Many people use cash advances to cover unexpected expenses, such as an unexpected medical bill or the death of a loved one. But the expenses for back-to-school and spontaneous festival expenses continue to haunt their pockets in January.
Helena Timoteus, principal officer at KOBO Cash Loans Namibia, said the company is facing challenges from the effects of Covid-19 but has managed to get through.
“At the beginning of the year, the lending rate is high and fast because people spent too much over the Christmas period. Due to job losses and company closures, we were unable to help employees other than government employees. So it really went down because very few people were allowed to borrow, ”she explained.
Speaking to a regular cash advance customer who asked anonymity because of the stigma of cash advance customers, he said, “Getting a cash advance is not a bad thing, but obviously it depends on the reasons. A lot of people are into cash advances, but they are not known in the industry due to confidentiality. “
He added that he regularly takes cash advances and maintains good relationships with them in keeping his payment arrangements. According to the client, cash advance transactions provide better service to low income earners like him as they can borrow the small amount they need with no collateral expected.
“People with little or no savings represent a natural market for cash advances. I urge people not to malign what they don’t know. I can testify that my child has been to school with cash and is not sleeping hungry. For me it’s just money like any other. Instead, the government can collectively provide financial education to the nation, ”he argued.
According to statistics from the Namibia Financial Institutions Supervisory Authority (Namfisa), the value of the micro-lender loan book increased on a quarterly basis but declined towards the end of the first quarter of 2021 on an annual basis.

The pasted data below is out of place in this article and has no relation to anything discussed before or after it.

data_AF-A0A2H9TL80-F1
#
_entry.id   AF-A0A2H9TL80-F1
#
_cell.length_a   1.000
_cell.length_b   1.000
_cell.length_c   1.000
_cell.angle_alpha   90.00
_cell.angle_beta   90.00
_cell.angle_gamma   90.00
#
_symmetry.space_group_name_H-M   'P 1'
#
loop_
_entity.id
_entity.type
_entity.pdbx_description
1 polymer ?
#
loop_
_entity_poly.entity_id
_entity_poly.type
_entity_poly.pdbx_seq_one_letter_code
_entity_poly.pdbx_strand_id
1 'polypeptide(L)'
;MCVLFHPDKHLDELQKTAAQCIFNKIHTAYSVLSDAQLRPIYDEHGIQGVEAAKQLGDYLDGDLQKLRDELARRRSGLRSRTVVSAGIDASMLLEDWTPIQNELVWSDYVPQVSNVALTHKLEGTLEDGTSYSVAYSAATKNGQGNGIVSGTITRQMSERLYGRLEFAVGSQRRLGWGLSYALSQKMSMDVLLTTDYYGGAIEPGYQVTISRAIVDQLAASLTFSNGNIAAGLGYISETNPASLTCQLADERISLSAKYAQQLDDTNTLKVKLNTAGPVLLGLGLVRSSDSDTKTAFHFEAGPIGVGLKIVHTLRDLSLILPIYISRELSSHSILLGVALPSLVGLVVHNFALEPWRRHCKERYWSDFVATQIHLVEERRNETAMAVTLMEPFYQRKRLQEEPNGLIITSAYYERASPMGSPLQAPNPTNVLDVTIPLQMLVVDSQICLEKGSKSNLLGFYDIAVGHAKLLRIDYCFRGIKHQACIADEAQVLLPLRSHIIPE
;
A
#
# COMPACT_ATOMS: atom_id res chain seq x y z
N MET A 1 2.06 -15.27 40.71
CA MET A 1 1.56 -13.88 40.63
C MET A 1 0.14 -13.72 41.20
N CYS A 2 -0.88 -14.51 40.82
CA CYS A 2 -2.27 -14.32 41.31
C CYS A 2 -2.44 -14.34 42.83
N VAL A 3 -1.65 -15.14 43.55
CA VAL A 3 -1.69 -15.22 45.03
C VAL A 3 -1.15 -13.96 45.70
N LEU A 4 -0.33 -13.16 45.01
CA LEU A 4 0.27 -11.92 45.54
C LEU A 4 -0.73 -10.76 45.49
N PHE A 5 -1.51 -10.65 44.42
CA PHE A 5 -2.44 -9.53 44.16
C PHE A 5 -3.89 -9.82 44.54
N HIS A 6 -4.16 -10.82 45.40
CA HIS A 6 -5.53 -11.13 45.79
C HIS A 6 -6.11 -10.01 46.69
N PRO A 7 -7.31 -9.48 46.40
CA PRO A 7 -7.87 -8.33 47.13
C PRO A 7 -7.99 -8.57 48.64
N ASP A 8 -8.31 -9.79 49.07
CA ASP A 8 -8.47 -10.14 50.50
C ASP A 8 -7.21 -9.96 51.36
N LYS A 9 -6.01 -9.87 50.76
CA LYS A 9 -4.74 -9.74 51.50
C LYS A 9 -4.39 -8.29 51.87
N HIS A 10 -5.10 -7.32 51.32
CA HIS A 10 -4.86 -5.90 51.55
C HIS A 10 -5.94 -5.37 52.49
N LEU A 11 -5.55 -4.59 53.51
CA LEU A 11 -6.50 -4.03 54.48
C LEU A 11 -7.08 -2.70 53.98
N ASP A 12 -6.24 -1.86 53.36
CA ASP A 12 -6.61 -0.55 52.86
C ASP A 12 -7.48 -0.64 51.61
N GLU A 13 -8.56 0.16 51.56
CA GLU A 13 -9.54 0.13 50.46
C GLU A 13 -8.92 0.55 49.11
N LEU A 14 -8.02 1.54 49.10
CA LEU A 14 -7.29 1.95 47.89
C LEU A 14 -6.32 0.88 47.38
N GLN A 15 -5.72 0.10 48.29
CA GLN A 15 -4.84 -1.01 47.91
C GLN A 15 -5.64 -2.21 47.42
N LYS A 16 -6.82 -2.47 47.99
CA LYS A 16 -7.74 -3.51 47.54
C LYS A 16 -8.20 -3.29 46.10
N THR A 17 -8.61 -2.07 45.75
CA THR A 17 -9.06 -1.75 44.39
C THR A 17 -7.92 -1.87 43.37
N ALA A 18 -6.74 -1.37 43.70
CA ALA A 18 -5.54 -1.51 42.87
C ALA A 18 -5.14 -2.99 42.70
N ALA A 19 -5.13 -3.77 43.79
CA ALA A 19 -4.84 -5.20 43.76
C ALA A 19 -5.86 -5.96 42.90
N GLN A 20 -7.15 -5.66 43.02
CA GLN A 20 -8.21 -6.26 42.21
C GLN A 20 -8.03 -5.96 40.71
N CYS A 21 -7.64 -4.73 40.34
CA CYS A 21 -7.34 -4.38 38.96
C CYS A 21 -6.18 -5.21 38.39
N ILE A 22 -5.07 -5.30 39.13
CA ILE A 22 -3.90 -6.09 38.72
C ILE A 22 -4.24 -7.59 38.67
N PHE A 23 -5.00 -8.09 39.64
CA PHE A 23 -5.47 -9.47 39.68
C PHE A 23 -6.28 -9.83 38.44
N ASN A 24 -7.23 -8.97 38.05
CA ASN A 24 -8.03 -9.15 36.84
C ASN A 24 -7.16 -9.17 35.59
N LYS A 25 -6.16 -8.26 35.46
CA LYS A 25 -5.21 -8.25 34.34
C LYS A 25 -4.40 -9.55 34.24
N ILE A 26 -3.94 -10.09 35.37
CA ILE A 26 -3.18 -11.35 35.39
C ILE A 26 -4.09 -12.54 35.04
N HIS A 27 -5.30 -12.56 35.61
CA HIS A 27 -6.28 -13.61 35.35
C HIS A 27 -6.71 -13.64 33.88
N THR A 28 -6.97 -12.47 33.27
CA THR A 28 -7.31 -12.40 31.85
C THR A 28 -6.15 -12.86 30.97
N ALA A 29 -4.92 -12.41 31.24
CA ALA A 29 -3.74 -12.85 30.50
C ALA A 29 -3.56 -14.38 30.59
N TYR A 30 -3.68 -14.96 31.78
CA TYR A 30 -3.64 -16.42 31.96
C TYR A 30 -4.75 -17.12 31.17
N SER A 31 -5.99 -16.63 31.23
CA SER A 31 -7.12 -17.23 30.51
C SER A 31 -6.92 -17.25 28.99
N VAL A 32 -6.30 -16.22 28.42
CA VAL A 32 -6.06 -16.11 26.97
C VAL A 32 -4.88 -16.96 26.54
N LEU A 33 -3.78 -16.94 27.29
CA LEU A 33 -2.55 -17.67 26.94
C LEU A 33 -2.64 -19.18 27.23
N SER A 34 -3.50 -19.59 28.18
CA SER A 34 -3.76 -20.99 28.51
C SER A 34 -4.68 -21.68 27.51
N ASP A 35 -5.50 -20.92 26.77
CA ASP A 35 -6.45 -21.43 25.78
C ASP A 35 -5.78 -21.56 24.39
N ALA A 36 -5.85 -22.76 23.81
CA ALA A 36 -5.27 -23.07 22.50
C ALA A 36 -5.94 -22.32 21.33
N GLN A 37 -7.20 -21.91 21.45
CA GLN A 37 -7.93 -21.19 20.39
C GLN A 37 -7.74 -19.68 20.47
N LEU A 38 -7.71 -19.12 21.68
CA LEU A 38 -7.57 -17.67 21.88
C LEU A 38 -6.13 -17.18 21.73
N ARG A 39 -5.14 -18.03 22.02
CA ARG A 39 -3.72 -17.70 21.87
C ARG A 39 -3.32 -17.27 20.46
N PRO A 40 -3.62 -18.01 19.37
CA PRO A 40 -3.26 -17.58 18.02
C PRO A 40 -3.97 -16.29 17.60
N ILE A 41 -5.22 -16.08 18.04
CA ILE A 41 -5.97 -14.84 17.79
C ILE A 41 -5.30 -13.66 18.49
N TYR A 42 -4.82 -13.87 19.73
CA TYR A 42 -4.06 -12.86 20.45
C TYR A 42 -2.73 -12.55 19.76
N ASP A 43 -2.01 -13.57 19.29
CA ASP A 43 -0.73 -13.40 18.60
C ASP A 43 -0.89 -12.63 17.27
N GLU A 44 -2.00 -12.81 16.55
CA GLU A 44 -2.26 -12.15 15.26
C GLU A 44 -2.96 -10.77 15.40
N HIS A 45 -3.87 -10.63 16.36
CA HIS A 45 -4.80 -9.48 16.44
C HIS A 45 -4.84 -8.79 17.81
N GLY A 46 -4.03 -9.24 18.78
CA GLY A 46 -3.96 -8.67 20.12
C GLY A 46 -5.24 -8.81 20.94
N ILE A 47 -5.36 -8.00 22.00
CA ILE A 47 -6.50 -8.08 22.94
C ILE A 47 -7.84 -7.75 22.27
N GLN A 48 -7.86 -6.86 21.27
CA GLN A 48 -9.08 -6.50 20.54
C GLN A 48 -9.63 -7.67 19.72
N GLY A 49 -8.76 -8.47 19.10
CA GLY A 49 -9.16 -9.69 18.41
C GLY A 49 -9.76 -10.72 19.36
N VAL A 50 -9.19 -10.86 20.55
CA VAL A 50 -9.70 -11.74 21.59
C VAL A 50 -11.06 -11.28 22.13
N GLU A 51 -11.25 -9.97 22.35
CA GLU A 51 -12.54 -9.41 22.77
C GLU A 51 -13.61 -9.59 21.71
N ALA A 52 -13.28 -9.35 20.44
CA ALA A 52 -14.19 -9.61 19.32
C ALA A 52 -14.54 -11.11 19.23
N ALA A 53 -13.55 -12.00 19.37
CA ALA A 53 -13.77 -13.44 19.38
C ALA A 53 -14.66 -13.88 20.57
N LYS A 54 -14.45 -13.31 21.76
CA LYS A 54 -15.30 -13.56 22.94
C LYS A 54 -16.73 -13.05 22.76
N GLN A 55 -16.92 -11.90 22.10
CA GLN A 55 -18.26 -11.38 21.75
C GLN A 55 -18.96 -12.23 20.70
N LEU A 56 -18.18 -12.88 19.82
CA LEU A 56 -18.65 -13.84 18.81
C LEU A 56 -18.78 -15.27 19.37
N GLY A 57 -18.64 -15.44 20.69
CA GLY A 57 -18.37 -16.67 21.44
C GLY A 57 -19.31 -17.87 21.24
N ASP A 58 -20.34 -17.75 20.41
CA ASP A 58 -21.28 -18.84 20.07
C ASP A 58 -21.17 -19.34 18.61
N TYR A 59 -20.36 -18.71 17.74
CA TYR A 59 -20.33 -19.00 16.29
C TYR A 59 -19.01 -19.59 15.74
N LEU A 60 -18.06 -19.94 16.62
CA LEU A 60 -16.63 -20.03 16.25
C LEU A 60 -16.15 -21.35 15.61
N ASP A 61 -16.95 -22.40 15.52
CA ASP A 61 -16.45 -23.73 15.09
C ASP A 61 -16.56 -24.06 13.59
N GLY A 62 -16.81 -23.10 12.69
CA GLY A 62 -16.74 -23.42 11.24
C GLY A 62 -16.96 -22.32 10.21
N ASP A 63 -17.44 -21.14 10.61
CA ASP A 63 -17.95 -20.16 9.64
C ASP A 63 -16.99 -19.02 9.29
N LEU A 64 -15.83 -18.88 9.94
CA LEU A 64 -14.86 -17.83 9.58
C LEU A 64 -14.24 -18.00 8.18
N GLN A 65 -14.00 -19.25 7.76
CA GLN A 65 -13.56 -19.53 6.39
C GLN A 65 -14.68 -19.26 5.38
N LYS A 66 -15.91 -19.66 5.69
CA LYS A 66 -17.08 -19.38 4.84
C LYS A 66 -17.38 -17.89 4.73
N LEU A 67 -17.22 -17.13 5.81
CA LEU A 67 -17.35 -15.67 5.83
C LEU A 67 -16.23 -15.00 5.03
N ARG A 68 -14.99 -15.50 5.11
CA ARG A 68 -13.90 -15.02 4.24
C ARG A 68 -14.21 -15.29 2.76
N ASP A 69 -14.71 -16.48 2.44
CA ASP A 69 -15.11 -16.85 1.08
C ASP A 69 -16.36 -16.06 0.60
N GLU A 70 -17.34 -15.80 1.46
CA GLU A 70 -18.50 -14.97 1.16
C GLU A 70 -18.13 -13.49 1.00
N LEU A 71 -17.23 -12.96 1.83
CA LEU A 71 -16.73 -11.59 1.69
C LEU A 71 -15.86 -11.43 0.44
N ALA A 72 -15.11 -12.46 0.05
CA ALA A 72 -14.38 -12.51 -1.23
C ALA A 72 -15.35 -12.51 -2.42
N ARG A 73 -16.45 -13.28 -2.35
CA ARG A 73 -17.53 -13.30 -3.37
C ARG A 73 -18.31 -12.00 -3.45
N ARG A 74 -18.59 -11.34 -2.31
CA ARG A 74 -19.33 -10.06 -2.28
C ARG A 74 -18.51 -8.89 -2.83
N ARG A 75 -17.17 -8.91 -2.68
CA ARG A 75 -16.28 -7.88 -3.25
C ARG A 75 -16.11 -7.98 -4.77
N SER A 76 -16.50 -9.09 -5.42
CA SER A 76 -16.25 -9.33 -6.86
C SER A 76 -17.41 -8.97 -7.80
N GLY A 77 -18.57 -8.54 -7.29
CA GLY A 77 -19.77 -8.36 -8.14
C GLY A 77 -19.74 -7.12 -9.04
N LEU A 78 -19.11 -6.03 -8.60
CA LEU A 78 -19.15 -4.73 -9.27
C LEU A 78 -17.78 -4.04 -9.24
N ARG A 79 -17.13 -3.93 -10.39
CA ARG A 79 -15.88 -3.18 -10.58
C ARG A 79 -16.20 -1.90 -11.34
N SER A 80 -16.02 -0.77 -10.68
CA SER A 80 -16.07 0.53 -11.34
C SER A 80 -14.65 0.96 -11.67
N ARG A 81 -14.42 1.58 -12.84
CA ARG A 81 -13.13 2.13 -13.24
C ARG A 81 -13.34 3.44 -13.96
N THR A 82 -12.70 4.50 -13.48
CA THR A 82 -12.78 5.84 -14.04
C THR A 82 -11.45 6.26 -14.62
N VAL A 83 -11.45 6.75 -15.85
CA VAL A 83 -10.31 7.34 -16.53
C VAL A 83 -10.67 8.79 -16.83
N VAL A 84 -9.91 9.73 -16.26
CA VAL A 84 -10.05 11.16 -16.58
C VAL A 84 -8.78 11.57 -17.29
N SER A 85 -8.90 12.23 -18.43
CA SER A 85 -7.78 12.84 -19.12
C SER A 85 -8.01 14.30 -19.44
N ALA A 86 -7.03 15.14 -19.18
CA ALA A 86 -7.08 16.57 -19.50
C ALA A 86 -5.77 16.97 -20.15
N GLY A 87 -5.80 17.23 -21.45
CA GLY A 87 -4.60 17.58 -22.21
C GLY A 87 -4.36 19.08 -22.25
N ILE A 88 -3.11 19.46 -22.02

“The increase was driven by transactions from both term and payday lenders, while the decline was only from term lenders. Similarly, lending by the banking sector to households rose 0.2% quarter-on-quarter and 3% year-on-year to reach 60.7 billion reported.
Namfisa added that the cumulative number of household borrowers increased over the same period on both a quarterly and yearly basis.
The number of borrowers rose compared to the previous quarter by 21.4% and on an annual basis by 2% to 229,999 beneficiaries. The quarterly and annual increases in the number of private borrowers came from the term borrower category.
The loan book value (outstanding) increased 12.9% on a quarterly basis but declined 8.1% on an annual basis to N $ 6.8 billion. As in previous quarters, the value of the loan book continued to be largely dominated by futures loan securities, which stood at N $ 6.6 billion, accounting for nearly 96% of the total.
“The number of new loans increased quarterly, but decreased annually to 134,391 loans at the end of the first quarter of 2021,” continued Namfisa.
When asked what the biggest challenge they face when customers fail to return their money, Timoteus said, “We tend to pause a little just to wait for those who pay so we can help new customers. If the payment takes longer than three or five months, we will hand it over to the responsible authorities. ”